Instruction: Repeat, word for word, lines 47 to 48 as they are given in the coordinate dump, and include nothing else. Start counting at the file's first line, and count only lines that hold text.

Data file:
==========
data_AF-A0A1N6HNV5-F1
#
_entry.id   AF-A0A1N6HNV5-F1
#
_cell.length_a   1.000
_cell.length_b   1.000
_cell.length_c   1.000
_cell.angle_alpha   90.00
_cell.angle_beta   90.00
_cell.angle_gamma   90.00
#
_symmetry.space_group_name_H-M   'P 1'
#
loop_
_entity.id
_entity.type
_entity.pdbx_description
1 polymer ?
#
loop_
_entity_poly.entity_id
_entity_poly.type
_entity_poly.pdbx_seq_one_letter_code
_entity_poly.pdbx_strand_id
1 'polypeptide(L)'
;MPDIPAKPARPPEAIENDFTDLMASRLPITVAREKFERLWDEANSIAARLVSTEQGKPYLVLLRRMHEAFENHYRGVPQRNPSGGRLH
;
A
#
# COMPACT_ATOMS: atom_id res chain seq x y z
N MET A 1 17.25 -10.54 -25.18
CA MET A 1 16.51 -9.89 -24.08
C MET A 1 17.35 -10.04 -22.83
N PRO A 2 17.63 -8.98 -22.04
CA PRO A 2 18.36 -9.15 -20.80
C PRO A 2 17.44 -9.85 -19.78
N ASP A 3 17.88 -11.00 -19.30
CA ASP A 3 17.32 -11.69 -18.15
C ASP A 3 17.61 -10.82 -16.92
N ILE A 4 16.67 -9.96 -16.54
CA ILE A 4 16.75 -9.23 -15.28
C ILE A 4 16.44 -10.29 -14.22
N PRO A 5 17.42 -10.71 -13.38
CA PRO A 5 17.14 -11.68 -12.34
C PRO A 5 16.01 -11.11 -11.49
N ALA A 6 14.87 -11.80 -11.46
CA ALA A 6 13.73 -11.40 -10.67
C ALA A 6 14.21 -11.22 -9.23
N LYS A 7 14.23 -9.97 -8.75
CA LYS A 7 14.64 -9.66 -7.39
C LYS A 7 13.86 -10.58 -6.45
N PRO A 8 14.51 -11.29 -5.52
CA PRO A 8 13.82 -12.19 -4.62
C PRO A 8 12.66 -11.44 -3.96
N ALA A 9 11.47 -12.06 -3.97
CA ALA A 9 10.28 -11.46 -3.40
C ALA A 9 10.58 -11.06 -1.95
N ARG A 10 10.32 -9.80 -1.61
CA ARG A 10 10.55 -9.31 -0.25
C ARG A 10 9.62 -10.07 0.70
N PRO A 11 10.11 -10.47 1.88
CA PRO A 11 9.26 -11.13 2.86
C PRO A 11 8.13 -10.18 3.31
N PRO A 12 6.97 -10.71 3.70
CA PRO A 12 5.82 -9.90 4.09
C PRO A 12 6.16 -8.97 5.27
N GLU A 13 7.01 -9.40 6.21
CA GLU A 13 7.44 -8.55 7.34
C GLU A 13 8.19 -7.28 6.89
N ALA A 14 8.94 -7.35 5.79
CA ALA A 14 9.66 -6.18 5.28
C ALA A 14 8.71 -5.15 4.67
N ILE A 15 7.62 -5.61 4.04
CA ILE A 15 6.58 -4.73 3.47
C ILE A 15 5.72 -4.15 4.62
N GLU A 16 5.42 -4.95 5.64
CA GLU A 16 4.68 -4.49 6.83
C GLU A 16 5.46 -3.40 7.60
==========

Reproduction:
CA ALA A 6 13.73 -11.40 -10.67
C ALA A 6 14.21 -11.22 -9.23